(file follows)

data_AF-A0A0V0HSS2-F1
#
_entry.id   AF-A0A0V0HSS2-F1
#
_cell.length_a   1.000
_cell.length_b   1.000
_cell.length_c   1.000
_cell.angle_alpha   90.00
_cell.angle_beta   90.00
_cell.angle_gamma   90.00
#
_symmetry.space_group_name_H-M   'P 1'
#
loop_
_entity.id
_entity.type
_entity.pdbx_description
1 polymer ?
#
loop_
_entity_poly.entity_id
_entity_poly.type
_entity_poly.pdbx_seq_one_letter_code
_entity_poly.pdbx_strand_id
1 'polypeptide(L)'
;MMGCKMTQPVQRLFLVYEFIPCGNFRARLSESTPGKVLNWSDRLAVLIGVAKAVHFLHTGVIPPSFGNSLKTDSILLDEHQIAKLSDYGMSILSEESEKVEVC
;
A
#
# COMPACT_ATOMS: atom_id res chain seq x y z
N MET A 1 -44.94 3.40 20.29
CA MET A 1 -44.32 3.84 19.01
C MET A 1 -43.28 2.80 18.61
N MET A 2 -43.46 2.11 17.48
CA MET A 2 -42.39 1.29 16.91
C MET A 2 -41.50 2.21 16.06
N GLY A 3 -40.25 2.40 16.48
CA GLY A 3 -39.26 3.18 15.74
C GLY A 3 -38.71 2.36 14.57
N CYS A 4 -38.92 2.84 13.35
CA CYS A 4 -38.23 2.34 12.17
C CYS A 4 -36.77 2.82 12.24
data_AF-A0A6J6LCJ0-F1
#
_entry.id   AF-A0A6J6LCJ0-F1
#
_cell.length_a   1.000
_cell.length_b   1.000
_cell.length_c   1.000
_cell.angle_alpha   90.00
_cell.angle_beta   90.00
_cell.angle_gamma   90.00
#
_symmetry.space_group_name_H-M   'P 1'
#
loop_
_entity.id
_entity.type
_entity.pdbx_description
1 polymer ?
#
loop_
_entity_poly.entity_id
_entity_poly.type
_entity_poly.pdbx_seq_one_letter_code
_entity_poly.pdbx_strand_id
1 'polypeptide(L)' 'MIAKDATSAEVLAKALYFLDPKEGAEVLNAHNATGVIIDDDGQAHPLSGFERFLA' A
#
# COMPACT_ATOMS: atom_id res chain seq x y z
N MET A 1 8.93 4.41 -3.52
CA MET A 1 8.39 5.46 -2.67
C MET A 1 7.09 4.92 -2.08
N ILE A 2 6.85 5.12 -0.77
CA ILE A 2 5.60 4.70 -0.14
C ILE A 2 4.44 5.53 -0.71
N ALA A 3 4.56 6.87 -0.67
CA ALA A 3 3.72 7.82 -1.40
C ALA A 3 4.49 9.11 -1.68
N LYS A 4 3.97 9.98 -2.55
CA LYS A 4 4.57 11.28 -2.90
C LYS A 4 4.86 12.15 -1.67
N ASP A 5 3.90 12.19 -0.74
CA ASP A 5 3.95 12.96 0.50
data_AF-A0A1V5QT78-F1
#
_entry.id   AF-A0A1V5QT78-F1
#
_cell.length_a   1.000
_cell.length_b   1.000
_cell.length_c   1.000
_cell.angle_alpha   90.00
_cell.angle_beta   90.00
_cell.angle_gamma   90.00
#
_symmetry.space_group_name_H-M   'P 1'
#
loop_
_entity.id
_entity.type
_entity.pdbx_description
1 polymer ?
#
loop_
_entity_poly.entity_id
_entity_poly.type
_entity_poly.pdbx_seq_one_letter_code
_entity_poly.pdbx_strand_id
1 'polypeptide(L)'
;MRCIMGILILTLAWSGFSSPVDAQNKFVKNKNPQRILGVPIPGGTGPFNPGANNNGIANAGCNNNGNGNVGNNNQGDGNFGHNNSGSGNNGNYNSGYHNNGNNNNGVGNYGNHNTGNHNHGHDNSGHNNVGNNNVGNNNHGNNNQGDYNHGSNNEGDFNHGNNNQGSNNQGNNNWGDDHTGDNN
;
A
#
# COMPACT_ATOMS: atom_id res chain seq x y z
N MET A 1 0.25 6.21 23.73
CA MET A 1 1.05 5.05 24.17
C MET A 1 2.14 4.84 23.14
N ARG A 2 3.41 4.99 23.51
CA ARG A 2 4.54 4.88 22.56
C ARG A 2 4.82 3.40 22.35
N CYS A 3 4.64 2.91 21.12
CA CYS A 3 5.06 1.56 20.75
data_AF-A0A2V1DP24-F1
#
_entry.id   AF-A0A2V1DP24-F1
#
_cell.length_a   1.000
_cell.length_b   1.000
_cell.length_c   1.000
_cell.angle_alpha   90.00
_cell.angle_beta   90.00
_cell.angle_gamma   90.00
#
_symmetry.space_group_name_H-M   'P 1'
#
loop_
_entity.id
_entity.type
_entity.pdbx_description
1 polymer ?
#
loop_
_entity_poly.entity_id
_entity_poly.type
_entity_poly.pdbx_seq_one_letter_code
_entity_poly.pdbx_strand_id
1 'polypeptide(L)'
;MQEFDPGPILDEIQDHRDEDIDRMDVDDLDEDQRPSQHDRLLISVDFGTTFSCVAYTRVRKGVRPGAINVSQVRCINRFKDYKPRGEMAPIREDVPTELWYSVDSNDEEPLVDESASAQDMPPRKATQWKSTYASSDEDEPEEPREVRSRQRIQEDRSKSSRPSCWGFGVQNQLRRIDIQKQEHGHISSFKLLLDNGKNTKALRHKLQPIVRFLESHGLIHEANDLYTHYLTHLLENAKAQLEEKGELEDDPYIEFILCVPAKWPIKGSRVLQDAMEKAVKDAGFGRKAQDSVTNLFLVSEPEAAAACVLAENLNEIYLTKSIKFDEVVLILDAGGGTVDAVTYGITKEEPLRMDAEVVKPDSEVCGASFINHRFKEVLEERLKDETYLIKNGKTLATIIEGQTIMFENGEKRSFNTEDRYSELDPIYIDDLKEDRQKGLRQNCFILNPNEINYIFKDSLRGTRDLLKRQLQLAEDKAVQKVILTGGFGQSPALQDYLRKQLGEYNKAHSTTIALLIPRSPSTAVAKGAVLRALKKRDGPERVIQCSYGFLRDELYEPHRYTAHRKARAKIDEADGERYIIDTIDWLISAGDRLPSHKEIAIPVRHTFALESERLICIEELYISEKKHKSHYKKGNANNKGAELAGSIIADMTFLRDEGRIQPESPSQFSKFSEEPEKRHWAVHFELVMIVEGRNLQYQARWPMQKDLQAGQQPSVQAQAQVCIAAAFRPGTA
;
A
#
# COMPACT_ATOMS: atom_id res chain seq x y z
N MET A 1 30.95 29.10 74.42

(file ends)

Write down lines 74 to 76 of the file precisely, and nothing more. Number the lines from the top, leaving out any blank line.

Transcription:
CA ILE A 2 5.60 4.70 -0.14
C ILE A 2 4.44 5.53 -0.71
N ALA A 3 4.56 6.87 -0.67